The Sunday School class at my church is going through the Social Principles of the United Methodist Church. Last week, we discussed the section on “The Natural World.” Here are three items:
1. One issue that we talked about was climate change. I cannot say
that I was particularly optimistic after that discussion. I wondered if
we are doing enough to combat or reverse climate change. We are still a
fossil-fuel based economy, and renewable energy is on the margins in
the United States.
2. There is a libertarian in the group, and he has attended Sunday
School at this church for years. He was saying that the government
should get out of agriculture and let the free market handle it. I was
wondering what that would look like. Farm subsidies are necessary to
help farmers (or at least big farmers) produce more crops; without them,
I have heard, the price of food would skyrocket. Was the libertarian
envisioning keeping things small and local: farmers would produce crops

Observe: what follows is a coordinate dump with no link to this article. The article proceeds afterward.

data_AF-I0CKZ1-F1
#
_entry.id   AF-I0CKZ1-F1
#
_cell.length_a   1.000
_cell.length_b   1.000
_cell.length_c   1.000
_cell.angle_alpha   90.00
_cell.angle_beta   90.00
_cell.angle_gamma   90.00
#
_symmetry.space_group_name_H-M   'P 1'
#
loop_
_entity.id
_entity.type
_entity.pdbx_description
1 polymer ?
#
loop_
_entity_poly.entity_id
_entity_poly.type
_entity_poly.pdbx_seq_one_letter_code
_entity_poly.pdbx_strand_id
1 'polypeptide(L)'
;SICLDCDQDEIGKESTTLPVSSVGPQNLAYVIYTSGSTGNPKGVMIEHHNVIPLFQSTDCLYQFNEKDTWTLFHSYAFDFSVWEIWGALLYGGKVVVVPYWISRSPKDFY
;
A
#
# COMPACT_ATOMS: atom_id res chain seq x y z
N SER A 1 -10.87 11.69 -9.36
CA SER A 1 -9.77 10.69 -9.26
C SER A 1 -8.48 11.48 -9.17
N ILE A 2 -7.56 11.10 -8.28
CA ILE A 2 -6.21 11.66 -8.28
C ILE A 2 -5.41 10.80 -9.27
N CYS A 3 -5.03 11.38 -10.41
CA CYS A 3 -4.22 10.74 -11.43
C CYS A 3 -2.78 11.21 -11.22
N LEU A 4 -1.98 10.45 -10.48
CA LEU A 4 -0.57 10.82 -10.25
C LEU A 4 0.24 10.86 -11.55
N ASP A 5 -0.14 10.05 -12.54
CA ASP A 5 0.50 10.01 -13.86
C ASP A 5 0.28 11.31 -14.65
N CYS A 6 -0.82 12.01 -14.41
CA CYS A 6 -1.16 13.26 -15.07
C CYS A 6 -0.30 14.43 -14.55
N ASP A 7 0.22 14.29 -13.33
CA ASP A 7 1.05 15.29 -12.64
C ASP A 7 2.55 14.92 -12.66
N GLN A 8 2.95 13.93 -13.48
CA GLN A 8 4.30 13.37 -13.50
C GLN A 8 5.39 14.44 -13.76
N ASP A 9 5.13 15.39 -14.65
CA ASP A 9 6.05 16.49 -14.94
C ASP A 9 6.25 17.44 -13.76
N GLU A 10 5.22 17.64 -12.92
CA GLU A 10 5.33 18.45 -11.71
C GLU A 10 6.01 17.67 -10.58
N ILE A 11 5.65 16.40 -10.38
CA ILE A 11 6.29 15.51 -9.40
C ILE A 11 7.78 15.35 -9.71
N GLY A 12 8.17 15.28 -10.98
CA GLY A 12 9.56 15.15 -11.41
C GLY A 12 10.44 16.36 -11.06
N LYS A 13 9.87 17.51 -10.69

but would sell them to local people?
3. Our pastor is politically liberal. But she was telling us that
people may have different perspectives on the Social Principles, based
on their context. The Social Principles are opposed to nuclear power,
for instance. United Methodists in France may disagree with the Social
Principles on this because their country is powered by this source of
energy. And United Methodists in Third World countries that are offered
cheap nuclear power may also be hesitant to embrace what the Social
Principles say about it.
A simple argument for penal substitution
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